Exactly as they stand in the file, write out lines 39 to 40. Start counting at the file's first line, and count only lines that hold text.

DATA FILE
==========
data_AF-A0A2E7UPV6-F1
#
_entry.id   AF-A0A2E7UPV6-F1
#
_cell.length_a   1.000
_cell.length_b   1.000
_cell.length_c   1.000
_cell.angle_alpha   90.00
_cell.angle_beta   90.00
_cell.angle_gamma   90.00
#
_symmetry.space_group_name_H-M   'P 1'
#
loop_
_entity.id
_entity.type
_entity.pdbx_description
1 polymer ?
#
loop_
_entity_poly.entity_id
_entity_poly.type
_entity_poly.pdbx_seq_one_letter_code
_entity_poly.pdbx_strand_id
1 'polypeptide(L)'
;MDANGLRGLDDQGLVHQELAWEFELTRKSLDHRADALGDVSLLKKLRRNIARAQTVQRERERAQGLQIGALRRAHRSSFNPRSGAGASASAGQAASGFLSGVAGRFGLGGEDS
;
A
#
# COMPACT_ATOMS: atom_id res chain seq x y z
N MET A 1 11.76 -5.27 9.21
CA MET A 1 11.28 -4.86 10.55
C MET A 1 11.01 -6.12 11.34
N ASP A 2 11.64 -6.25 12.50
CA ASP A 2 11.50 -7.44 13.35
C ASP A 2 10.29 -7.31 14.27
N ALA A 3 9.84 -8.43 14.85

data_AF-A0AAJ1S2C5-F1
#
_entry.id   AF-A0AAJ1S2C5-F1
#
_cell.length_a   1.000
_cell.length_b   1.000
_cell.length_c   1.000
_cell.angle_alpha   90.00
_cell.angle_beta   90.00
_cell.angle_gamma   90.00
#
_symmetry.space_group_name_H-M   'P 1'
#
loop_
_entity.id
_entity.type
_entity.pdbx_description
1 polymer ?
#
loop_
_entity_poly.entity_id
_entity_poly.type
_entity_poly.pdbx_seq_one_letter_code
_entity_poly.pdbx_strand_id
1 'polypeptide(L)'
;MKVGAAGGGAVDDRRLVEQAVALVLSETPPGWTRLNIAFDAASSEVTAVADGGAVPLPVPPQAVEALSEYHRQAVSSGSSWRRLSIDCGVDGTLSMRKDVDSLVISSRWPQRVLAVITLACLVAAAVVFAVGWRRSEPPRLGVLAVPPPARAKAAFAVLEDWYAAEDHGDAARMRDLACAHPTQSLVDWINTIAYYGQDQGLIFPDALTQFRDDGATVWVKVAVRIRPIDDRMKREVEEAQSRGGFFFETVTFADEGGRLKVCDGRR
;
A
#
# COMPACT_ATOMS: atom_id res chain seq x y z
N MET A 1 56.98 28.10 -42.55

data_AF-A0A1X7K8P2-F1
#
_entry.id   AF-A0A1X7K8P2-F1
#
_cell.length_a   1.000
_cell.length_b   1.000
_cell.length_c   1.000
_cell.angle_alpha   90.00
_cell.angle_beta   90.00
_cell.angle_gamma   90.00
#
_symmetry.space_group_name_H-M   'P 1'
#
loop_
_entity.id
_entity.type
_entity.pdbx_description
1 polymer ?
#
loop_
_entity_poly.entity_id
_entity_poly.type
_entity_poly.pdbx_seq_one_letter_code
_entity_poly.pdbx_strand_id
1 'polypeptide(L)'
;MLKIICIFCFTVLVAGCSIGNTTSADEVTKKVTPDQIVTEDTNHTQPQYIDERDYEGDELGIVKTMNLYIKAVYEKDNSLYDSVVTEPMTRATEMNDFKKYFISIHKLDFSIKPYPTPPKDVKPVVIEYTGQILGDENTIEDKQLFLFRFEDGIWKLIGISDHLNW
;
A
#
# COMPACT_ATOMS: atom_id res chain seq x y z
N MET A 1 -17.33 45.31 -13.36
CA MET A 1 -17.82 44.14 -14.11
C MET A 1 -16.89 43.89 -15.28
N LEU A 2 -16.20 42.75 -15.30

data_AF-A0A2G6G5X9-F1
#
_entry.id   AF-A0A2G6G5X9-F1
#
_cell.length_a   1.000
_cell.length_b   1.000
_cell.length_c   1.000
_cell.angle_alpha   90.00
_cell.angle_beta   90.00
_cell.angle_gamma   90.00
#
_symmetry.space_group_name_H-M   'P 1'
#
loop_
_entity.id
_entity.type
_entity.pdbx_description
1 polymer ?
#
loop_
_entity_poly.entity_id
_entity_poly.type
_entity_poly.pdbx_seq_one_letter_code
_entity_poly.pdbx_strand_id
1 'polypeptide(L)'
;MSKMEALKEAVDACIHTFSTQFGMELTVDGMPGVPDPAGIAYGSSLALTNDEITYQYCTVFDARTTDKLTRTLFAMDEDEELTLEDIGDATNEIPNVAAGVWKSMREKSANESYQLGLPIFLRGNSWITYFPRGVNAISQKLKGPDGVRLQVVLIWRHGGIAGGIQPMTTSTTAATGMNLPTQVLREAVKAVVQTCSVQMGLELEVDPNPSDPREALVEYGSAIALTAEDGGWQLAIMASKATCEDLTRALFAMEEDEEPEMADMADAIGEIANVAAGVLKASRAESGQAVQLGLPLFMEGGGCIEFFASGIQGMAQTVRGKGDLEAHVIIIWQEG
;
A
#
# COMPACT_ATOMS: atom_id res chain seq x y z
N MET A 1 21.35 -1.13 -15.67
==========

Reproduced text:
#
_entry.id   AF-A0AAJ1S2C5-F1